The key to Walt Disney’s leadership is that he was an incredible storyteller. It’s one thing to tell your employees to do something, it’s another to inspire them to action. Walt would tell them a story. He would go into extreme detail and make it come alive for them. He would inspire his workers and make them a part of that story and as a result he would get more from them. When he was first pitching his animators on the story of Snow White, he went through the entire story, acting out the characters, even doing their different voices and movements. Walt had a unique ability to hire people more talented than he was and to focus and coordinate their attention towards a common goal. He admitted that he was a terrible animator. So he hired the best he could afford and focused on innovating the company. He also knew his workers. He knew what they were capable of and didn’t accept anything less than their best. He may not have been quick to compliment, but he was always clear about what he visualized and expected.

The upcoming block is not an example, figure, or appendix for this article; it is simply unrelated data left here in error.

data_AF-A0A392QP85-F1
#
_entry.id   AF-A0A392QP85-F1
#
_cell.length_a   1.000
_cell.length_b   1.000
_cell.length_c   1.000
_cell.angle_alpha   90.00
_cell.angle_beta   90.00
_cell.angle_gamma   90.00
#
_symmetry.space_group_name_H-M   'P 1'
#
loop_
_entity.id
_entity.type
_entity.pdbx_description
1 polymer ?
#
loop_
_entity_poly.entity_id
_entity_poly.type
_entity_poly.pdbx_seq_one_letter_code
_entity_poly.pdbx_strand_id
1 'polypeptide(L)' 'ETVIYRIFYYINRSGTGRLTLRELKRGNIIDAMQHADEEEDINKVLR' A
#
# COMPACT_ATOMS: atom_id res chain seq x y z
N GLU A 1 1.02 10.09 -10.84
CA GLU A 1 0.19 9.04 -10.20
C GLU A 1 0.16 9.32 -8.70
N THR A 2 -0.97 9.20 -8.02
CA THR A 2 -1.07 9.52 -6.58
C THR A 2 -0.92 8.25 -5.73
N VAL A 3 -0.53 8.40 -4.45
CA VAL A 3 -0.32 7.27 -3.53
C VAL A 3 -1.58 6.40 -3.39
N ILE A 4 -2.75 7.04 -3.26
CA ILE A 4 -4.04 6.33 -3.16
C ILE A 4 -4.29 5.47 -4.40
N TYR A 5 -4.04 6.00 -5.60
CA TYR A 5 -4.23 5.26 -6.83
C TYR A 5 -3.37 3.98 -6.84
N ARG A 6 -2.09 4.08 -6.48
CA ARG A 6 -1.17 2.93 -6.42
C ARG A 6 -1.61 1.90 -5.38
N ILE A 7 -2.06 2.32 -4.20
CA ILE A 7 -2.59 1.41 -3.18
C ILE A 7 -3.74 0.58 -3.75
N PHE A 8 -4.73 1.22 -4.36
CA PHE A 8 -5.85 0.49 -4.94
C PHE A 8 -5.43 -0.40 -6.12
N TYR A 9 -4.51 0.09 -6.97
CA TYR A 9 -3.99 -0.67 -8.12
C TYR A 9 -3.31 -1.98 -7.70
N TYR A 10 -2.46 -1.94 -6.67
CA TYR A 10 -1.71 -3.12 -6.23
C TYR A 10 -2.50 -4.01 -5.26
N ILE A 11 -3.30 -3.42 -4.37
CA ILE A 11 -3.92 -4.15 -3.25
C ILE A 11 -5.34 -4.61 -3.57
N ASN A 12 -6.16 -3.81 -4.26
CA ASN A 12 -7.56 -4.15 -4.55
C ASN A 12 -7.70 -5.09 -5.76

3. Always be constantly improving.

“Whenever I go on a ride, I’m always thinking of what’s wrong with the thing and how it can be improved”. -Walt Disney

Walt believed in the future. He insisted that Steamboat Willie have the sound synced and recorded, unheard of for a cartoon at that time. Before Snow White, there was no such thing as a feature length animated film. After it became a huge success and literally changed the film industry, it led to the success of several more beloved Disney classics like Cinderella, Alice in Wonderland and Fantasia. Walt Disney could have rested on his laurels, but that wasn’t his style. Instead, he completely switched gears and set out to build an amusement park where parents and children could have fun together. Once Disneyland opened, Walt would walk around the park, personally testing all the rides, noticing if anything was out of place and asking the guests their opinions. If he noticed something was wrong, he would personally see that it was fixed. As his animators could attest, good enough was never good enough for Walt Disney.

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    4. Develop a high tolerance for risk.

    “We keep moving forward, opening new doors, and doing new things, because we’re curious and curiosity keeps leading us down new paths.” – Walt Disney